InfoQ: Many large organisations talk about the value of migrating to a "DevOps" way of working. Has this impacted the formation and development processes used within the Starling Bank team?

Hawkins: Definitely. We're very keen on cross-skilled teams and teams that can move autonomously, so that means iOS, Android, Back End, infrastructure, UX, product expertise all together on a team. We want developers to be directly connected to the health of their features in production so we have monitors up in the office where everyone can see how things are going in the production environment. All platform engineers are on the on-call rota, not just "ops", and we try to live the "you build it, you run it" philosophy and tighten all the feedback cycles.

On the tech side, being cloud-based from the start has allowed us to use immutable infrastructure, infrastructure as code, and to leverage Docker and the DevOps tooling ecosystem to deliver the resilience and (touch wood!) the scalability the world demands of us.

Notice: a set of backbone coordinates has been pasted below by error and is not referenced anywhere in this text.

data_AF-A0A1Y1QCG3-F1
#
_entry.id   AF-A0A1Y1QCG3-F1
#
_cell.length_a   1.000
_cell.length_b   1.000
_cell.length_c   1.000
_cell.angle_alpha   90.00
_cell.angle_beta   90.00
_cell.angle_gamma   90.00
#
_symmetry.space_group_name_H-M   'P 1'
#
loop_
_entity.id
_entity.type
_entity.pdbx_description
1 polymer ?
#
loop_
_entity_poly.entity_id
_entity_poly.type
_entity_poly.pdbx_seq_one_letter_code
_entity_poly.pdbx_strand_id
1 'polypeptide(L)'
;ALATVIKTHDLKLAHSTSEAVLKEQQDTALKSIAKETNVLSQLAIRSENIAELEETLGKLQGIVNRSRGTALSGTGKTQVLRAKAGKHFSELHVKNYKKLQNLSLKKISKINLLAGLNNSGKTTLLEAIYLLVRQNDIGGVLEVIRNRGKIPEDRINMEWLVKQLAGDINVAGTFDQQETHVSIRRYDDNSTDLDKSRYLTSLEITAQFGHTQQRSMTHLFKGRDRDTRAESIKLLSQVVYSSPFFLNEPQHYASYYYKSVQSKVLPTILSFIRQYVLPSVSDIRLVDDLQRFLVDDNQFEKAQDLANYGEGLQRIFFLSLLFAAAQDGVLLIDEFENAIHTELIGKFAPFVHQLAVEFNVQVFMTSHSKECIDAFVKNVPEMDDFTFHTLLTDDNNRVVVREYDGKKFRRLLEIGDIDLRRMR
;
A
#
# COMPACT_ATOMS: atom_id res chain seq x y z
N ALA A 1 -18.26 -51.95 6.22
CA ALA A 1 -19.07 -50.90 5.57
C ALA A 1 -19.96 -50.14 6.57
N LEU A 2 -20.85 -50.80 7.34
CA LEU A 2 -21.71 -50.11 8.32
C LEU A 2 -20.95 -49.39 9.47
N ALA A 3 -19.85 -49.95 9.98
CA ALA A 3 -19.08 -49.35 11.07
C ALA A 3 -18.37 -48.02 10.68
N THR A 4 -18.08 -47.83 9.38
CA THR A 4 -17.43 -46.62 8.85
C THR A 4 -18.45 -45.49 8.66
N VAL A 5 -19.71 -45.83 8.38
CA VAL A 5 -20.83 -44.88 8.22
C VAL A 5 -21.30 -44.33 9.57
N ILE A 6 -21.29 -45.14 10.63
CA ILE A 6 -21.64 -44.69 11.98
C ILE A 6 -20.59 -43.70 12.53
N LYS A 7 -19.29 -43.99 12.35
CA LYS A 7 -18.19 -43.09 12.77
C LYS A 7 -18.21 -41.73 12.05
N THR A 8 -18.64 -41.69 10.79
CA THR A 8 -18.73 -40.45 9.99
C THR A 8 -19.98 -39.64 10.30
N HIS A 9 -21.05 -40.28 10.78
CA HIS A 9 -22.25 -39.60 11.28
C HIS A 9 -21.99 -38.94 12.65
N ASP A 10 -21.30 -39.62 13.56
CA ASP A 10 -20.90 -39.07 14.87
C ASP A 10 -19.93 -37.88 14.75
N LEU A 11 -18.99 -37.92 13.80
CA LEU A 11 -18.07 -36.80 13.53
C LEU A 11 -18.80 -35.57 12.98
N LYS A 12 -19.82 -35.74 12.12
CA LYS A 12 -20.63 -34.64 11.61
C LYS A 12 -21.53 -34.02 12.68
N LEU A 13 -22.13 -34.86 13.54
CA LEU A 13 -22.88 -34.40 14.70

InfoQ: How much value did you get from the recent Hackathon? What were the key learnings for the Starling Bank team?

Hawkins: It was just immense. I had no idea the hunger out there for this sort of thing. Every hint of a new endpoint in the API and people were jumping on it, working out what it could do, where the bugs were! People were throwing ideas around, implementing some of the stuff we haven't had time to and it was all moving so fast.

The marketplace team was getting great feedback on how the APIs should evolve and what people need, and I was taking in a lot on what we need to think about in the back-end for scaling out some of these things, because you know when people are using the API the traffic is probably not simply proportional to the number of users like it is with the mobile apps, and we discovered quite a few use-cases that we weren't ready with that we've now implemented.

We implemented MFA-reset for developer accounts during the hackathon itself because one participant smashed his phone! We're definitely looking to repeat this sort of thing on a more regular basis.

The video and slides for Hawkins' recent QCon London presentation "Building and Trusting a Cloud Bank" can be found on InfoQ, and the Starling Developer Portal contains additional information for developers wanting to utilise the current APIs available. Megan Caywood has also published "Starling Hackathon: The Roundup" on the Starling Bank blog, which contains a summary and key learning points from the recent StarlingDev Hackathon.